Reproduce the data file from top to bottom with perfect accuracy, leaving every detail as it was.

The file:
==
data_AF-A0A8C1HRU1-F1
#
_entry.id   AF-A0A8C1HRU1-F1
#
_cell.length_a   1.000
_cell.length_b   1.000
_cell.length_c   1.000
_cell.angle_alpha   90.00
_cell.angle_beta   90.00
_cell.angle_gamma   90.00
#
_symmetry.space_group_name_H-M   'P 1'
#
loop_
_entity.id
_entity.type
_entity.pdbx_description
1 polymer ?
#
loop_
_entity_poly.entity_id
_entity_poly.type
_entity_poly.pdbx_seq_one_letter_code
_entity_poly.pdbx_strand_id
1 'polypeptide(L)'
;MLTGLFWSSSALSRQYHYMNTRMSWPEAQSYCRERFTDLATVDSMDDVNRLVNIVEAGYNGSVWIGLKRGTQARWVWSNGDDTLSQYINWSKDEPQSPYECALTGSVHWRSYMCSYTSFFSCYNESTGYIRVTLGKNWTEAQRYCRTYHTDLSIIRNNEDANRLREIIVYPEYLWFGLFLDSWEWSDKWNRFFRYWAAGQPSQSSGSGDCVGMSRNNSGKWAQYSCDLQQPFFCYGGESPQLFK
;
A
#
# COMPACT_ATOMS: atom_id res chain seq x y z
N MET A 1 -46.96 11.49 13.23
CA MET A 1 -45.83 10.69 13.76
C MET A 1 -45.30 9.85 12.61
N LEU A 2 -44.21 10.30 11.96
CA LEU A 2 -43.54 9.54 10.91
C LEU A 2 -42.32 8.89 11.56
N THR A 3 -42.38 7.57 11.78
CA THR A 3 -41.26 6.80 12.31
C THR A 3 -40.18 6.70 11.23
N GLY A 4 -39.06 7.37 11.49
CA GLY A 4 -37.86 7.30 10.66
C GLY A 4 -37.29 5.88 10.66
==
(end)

data_AF-A0A8C1HRU1-F1
#
_entry.id   AF-A0A8C1HRU1-F1
#
_cell.length_a   1.000
_cell.length_b   1.000
_cell.length_c   1.000
_cell.angle_alpha   90.00
_cell.angle_beta   90.00
_cell.angle_gamma   90.00
#
_symmetry.space_group_name_H-M   'P 1'
#
loop_
_entity.id
_entity.type
_entity.pdbx_description
1 polymer ?
#
loop_
_entity_poly.entity_id
_entity_poly.type
_entity_poly.pdbx_seq_one_letter_code
_entity_poly.pdbx_strand_id
1 'polypeptide(L)'
;MLTGLFWSSSALSRQYHYMNTRMSWPEAQSYCRERFTDLATVDSMDDVNRLVNIVEAGYNGSVWIGLKRGTQARWVWSNGDDTLSQYINWSKDEPQSPYECALTGSVHWRSYMCSYTSFFSCYNESTGYIRVTLGKNWTEAQRYCRTYHTDLSIIRNNEDANRLREIIVYPEYLWFGLFLDSWEWSDKWNRFFRYWAAGQPSQSSGSGDCVGMSRNNSGKWAQYSCDLQQPFFCYGGESPQLFK
;
A
#
# COMPACT_ATOMS: atom_id res chain seq x y z
N MET A 1 -46.96 11.49 13.23
CA MET A 1 -45.83 10.69 13.76
C MET A 1 -45.30 9.85 12.61
N LEU A 2 -44.21 10.30 11.96
CA LEU A 2 -43.54 9.54 10.91
C LEU A 2 -42.32 8.89 11.56
N THR A 3 -42.38 7.57 11.78
CA THR A 3 -41.26 6.80 12.31
C THR A 3 -40.18 6.70 11.23
N GLY A 4 -39.06 7.37 11.49
CA GLY A 4 -37.86 7.30 10.66
C GLY A 4 -37.29 5.88 10.66